R. P. C. Hanson explained the process like this: “Theologians of the Christian Church were slowly driven to a realization that the deepest questions which face Christianity cannot be answered in purely biblical language, because the questions are about the meaning of biblical language itself.”39 The Arians railed against the unbiblical language being forced on them. They tried to seize the biblical high ground and claim to be the truly biblical people—the pietists, the simple Bible-believers—because they wanted to stay with biblical language only—and by it smuggle in their non-biblical meanings.

    But Athanasius saw through this “post-modern,”post-conservative,” “post-propositional” strategy and saved for us not just Bible words, but Bible truth. May God grant us the discernment of Athanasius for our day. Very precious things are at stake.40

    John Piper
    see the full lecture/article here:

    Therefore, your use of Vincent of Lerins does not deny Sola Scriptura nor the proper interpretation and right way of doing theology and historical theological development. There is a right way (Protestant principle) and there is a wrong way (Newman and Roman Catholicism).

    • Hi Ken,
      First of all, this is my opinion. This is how I view Protestants. No different than the first millenia heretics. True, you promote different heresies than they do(and different than many of your fellow Protestants for that matter) but I view you in the same way. I said:

      “, as a member of the Universal Church, I look at Luther and Calvin, no differently than I look at Wycliffe, Huss, Arius, or Dioscorus.”

      Just my opinion.

      If you want to say that your theology is consistent with the statement of St. Vincent, you’re best to exegete his statement which you didn’t attempt to do.

      • Wycliff and Huss were right. They were treated unjustly and the RC church was very evil in their persecution of them and the execution of Huss and digging up Wycliff’s bones, etc. What a blight on your church!

        • If you truly believe that the persecution of heretics is a blight on my Church then I want you to condemn John Calvin as a blight on Protestantism since he executed heretics as well. Be consistent.

          • There were wrong to execute Servetus (Calvin wrote letters to him pleading with him to repent and did not agree with burning him, and it was the state government that did it), but they inherited that spirit of torturing people and executing people from the Byzantine and Roman Catholic centuries of harshness and marriage of church + state. (sacralism, since Justinian (emperor, 527-565 AD) and some aspects of Theodosius (Emperor 380-392 AD), Heraclius (Emperor, 610-641 AD). Their harshness against the Copts and other non-Chalcedonians caused the bitterness that helped those Christians in the east “welcome the Muslims as liberators”. They (the Oriental Orthodox, Copts, Monophysites, Armenians, Jacobite Syrians) later realized that it was a mistake to welcome the Muslim invaders, but it was too late; the damage had been done.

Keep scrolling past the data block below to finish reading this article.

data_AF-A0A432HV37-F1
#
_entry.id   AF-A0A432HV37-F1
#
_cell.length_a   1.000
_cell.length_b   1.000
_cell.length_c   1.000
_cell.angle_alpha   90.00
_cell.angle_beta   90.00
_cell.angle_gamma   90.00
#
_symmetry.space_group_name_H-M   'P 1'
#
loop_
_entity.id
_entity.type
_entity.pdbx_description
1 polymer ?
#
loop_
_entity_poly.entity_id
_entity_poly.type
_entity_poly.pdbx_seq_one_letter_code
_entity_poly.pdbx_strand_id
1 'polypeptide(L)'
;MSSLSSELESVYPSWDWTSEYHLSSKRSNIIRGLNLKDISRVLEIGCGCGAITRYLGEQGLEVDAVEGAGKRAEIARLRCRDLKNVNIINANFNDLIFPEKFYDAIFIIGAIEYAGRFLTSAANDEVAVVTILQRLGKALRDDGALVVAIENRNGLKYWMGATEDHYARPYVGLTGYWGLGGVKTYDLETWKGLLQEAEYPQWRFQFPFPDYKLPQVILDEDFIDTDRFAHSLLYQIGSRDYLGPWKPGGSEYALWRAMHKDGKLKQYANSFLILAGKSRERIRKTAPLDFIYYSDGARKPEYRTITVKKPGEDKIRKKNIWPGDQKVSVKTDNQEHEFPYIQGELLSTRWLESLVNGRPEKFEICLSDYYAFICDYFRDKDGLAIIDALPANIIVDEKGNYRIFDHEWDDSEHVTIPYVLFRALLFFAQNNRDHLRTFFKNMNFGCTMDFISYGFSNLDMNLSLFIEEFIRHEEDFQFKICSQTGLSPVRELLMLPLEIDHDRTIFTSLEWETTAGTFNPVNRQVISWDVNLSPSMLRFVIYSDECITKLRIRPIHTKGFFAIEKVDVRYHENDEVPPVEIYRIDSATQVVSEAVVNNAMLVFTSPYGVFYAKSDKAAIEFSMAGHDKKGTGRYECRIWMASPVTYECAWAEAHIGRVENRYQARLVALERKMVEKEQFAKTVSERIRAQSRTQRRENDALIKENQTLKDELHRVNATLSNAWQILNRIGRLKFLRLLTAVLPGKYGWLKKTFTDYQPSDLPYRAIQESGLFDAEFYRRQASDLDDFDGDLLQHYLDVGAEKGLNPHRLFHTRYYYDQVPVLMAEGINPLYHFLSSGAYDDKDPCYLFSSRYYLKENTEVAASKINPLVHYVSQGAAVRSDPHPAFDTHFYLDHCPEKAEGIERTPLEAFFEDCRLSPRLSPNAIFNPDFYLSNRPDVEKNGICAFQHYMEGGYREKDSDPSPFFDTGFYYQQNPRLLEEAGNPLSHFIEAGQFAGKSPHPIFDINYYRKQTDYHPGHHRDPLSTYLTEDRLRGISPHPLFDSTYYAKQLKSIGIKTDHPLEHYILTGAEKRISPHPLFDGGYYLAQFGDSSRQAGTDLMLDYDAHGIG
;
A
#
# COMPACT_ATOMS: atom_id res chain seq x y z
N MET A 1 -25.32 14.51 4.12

• The state government? It was the King Louis III who had Huss executed, not the Church. It was the Spanish crown who had the conversos executed, not the Inquisition. Yet, you’re more than happy to blame Catholicism for those but with Calvin, the blame goes to the state government.

          • Baptists disagree with the marriage of church and state, so we can be consistent and agree with Luther and Calvin on some things, and disagree on other things. Your church was still unjust and wrong in it’s treatment of Wycliff and Huss.

            I, like Dr. White, fully understand that we as baptists would have been mis-treated by Luther, Calvin and Zwingli on the issue of baptism.

            Dr. White on a recent dividing line (Oct. 2, 2017) told the story of Fritz Erbe, who was imprisoned (because he held to believer’s baptism, and said Luther’s fresh translation from Greek helped him see it) in a hole in the Wartburg Castle, same place that Luther was hidden by Frederick and Luther translated the NT into German. Church history is complicated, yes.

  2. Another point from John Piper about Athanasius and how we must explain Biblical truth in non-Biblical words and categories of thought. (like “homo-ousias”, etc.)

    I recommend the whole lecture / article. One of the best things I have read in the last 15 years.
    “6. Don’t aim to preach only in categories of thought that can be readily understood by this generation. Aim at creating biblical categories of thought that are not present.